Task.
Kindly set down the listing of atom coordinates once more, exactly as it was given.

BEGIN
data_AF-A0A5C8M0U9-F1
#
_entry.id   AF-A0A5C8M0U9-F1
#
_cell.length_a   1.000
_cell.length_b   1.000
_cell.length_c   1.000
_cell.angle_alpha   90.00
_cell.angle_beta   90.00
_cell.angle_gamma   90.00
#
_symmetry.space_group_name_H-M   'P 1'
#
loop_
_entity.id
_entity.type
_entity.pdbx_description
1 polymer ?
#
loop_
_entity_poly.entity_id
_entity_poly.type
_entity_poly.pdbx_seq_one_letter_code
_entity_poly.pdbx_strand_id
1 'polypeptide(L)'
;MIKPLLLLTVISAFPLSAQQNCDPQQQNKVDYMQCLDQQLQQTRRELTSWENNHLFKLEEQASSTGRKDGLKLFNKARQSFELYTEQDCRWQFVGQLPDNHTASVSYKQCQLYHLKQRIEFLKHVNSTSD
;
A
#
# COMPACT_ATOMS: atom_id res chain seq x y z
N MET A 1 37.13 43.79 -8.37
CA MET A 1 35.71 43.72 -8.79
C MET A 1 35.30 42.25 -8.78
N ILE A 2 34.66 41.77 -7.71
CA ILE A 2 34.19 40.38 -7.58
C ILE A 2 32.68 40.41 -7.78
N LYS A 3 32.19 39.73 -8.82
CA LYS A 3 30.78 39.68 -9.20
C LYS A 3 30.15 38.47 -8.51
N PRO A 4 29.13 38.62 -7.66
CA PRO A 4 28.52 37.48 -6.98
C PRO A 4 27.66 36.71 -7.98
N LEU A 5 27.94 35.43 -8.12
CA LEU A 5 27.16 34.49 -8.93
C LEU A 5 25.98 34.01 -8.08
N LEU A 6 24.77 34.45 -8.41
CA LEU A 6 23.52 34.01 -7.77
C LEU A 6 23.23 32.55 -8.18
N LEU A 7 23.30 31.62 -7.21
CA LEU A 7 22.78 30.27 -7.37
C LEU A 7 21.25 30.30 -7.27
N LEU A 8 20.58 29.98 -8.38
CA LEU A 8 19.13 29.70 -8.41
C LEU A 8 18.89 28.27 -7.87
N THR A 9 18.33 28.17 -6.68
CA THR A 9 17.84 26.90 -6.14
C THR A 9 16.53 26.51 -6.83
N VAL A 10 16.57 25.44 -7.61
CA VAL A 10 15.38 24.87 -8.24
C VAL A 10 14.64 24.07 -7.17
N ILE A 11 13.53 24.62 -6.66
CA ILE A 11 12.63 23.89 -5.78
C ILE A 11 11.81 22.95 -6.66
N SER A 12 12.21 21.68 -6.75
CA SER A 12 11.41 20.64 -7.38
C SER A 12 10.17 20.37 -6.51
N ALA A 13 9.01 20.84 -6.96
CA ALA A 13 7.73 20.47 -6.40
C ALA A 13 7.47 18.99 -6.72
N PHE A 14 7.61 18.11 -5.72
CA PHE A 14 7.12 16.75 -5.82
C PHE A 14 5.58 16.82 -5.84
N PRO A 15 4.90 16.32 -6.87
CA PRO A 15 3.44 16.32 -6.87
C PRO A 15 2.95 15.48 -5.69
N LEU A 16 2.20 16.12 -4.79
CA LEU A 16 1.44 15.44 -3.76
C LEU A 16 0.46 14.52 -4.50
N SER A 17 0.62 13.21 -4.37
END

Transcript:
data_AF-A0A5C8M0U9-F1
#
_entry.id   AF-A0A5C8M0U9-F1
#
_cell.length_a   1.000
_cell.length_b   1.000
_cell.length_c   1.000
_cell.angle_alpha   90.00
_cell.angle_beta   90.00
_cell.angle_gamma   90.00
#
_symmetry.space_group_name_H-M   'P 1'
#
loop_
_entity.id
_entity.type
_entity.pdbx_description
1 polymer ?
#
loop_
_entity_poly.entity_id
_entity_poly.type
_entity_poly.pdbx_seq_one_letter_code
_entity_poly.pdbx_strand_id
1 'polypeptide(L)'
;MIKPLLLLTVISAFPLSAQQNCDPQQQNKVDYMQCLDQQLQQTRRELTSWENNHLFKLEEQASSTGRKDGLKLFNKARQSFELYTEQDCRWQFVGQLPDNHTASVSYKQCQLYHLKQRIEFLKHVNSTSD
;
A
#
# COMPACT_ATOMS: atom_id res chain seq x y z
N MET A 1 37.13 43.79 -8.37
CA MET A 1 35.71 43.72 -8.79
C MET A 1 35.30 42.25 -8.78
N ILE A 2 34.66 41.77 -7.71
CA ILE A 2 34.19 40.38 -7.58
C ILE A 2 32.68 40.41 -7.78
N LYS A 3 32.19 39.73 -8.82
CA LYS A 3 30.78 39.68 -9.20
C LYS A 3 30.15 38.47 -8.51
N PRO A 4 29.13 38.62 -7.66
CA PRO A 4 28.52 37.48 -6.98
C PRO A 4 27.66 36.71 -7.98
N LEU A 5 27.94 35.43 -8.12
CA LEU A 5 27.16 34.49 -8.93
C LEU A 5 25.98 34.01 -8.08
N LEU A 6 24.77 34.45 -8.41
CA LEU A 6 23.52 34.01 -7.77
C LEU A 6 23.23 32.55 -8.18
N LEU A 7 23.30 31.62 -7.21
CA LEU A 7 22.78 30.27 -7.37
C LEU A 7 21.25 30.30 -7.27
N LEU A 8 20.58 29.98 -8.38
CA LEU A 8 19.13 29.70 -8.41
C LEU A 8 18.89 28.27 -7.87
N THR A 9 18.33 28.17 -6.68
CA THR A 9 17.84 26.90 -6.14
C THR A 9 16.53 26.51 -6.83
N VAL A 10 16.57 25.44 -7.61
CA VAL A 10 15.38 24.87 -8.24
C VAL A 10 14.64 24.07 -7.17
N ILE A 11 13.53 24.62 -6.66
CA ILE A 11 12.63 23.89 -5.78
C ILE A 11 11.81 22.95 -6.66
N SER A 12 12.21 21.68 -6.75
CA SER A 12 11.41 20.64 -7.38
C SER A 12 10.17 20.37 -6.51
N ALA A 13 9.01 20.84 -6.96
CA ALA A 13 7.73 20.47 -6.40
C ALA A 13 7.47 18.99 -6.72
N PHE A 14 7.61 18.11 -5.72
CA PHE A 14 7.12 16.75 -5.82
C PHE A 14 5.58 16.82 -5.84
N PRO A 15 4.90 16.32 -6.87
CA PRO A 15 3.44 16.32 -6.87
C PRO A 15 2.95 15.48 -5.69
N LEU A 16 2.20 16.12 -4.79
CA LEU A 16 1.44 15.44 -3.76
C LEU A 16 0.46 14.52 -4.50
N SER A 17 0.62 13.21 -4.37